Cardinal Warde, leader of the Caribbean Science Foundation, has often highlighted two significant obstacles to commercialising science and technology for economic development in Caribbean countries. First, he points to the inadequate cultural emphasis on “engineering” within the region and a lack of comprehensive understanding and appreciation for the mathematics curriculum required for most engineers. To be precise, the curriculum for aspiring engineers must encompass essential subjects such as single-variable and multi-variable calculus, differential equations, linear algebra, vector calculus, probability theory, statistics, and functions of complex variables. This must be built on a strong Primary and Secondary curricular foundation. Furthermore, incorporating computer programming is crucial as modern engineers and scientists extensively employ this tool to model and simulate the problems they aim to solve. Warde has emphasized the importance of nurturing such expertise to foster technological development and economic growth in the Caribbean region. Unfortunately, students who struggle with mathematics will find it challenging to pursue careers in engineering, computer science, and computer engineering. The implications of a 20% success rate for Guyanese youth in mathematics are clear.
In the 2023 budget, the government has allocated GY$94.4 billion to the education sector, reflecting the infusion of oil and gas proceeds back into supporting the local economy, which is almost a 30% increase from the GY$72.8 billion allocation in 2022. The budget laudably demonstrates the government’s commitment to expanding access to education for all citizens, including universal primary and secondary education, increased access to tertiary education, technical and vocational education, and enhancing overall educational quality. Recognising the significance of curriculum reform in delivering high-quality education, the government must also be commended for developing new curricula for nursery and primary levels. These curricula are expected to be rolled out in 2023, accompanied by training programs to facilitate effective implementation.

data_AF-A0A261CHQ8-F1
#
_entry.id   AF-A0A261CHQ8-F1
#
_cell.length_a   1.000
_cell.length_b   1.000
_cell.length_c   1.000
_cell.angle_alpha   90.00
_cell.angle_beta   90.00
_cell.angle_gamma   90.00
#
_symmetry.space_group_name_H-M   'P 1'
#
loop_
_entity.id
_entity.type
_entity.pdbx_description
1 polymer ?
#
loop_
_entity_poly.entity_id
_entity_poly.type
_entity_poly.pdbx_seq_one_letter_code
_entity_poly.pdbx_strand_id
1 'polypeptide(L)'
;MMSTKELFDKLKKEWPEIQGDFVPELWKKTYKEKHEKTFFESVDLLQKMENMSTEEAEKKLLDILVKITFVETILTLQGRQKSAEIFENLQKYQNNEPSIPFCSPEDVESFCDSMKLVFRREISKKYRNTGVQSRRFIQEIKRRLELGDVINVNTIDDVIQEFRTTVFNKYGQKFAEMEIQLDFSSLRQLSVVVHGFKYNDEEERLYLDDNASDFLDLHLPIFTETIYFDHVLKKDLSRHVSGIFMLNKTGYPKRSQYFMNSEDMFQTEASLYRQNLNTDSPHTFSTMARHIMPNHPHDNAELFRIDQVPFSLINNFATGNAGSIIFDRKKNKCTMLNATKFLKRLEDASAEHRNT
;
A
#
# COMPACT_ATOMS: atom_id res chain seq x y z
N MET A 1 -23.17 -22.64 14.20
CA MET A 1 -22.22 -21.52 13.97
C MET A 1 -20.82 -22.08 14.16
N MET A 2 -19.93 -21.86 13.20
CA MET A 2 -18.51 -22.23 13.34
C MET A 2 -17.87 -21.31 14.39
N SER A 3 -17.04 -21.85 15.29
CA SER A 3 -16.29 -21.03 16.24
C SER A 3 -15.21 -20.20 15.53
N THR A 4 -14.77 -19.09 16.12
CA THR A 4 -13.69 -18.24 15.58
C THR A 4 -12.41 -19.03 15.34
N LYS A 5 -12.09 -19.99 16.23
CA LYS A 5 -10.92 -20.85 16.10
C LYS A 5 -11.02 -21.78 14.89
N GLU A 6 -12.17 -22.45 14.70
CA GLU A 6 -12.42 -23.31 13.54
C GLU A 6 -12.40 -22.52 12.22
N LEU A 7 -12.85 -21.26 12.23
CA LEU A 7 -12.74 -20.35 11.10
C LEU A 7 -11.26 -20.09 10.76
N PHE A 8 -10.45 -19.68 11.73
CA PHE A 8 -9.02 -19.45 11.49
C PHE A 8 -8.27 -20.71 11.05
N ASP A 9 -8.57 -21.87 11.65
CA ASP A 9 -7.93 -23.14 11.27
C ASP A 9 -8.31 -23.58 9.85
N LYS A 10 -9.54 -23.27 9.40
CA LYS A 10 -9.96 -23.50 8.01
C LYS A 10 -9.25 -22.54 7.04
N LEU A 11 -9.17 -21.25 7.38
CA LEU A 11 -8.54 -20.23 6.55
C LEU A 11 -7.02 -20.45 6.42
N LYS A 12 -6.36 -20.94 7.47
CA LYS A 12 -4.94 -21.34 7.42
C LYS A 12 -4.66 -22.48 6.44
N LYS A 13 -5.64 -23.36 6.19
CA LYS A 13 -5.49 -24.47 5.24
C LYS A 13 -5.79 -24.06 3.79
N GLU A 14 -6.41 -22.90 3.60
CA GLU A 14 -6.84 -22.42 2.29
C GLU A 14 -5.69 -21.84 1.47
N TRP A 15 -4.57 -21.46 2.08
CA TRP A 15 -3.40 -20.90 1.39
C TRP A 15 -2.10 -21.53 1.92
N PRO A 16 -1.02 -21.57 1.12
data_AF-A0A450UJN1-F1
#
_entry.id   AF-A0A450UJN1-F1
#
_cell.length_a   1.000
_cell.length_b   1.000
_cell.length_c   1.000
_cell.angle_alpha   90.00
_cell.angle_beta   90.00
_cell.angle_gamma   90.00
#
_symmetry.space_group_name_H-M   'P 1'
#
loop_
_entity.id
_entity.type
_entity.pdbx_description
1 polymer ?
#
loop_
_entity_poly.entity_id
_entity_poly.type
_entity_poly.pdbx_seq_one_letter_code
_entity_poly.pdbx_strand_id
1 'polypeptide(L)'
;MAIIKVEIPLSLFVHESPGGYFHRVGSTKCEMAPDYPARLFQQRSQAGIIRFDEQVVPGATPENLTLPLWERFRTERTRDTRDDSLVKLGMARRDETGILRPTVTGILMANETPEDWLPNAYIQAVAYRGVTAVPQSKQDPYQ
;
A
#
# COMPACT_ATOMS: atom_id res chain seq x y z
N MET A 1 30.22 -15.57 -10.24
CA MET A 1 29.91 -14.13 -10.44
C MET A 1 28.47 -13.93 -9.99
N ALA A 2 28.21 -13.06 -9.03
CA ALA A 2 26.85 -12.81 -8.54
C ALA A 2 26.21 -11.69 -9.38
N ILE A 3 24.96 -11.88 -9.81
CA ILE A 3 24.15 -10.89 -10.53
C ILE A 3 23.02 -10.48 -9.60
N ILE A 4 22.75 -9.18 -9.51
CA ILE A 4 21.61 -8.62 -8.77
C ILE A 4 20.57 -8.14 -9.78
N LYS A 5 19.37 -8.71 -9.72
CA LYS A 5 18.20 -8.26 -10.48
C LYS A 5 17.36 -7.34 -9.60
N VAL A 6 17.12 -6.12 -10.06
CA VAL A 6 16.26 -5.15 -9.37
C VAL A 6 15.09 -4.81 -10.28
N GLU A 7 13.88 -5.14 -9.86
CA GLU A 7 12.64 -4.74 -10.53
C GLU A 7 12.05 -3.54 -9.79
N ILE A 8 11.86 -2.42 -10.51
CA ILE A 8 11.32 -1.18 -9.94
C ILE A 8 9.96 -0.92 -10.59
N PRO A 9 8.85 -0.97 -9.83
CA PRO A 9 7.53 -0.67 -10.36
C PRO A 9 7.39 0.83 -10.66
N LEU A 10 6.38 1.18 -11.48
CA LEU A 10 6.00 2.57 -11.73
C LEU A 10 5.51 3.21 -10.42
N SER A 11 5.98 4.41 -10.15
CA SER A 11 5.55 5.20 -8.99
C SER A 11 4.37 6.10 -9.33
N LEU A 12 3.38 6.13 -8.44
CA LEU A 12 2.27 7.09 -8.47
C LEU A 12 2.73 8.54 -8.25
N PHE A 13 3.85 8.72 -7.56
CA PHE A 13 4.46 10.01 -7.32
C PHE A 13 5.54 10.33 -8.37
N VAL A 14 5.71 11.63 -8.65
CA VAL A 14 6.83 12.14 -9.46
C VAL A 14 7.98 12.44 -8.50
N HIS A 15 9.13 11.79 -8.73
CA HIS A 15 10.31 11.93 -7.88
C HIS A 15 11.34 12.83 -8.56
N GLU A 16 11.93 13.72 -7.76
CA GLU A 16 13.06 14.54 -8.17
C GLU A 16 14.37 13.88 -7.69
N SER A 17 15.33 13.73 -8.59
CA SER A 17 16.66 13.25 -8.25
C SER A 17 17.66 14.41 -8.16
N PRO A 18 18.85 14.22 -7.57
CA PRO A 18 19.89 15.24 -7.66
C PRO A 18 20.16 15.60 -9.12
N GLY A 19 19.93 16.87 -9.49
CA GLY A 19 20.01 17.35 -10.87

We must prioritise transformative educational investments today to create a modern, world-class education system that provides improved access, quality, and relevance. Investing in STEM education equips young learners with the necessary skills, knowledge, and mindset to excel in fields related to the oil and gas industry and other STEM disciplines. STEM education cultivates critical thinking, problem-solving, and innovation skills, essential for addressing complex challenges in the energy sector and beyond. By engaging students in hands-on activities, project-based learning, and real-world applications, STEM education inspires curiosity, creativity, and a passion for learning. It also fosters collaboration, teamwork, and communication skills, preparing students to thrive in the global workforce.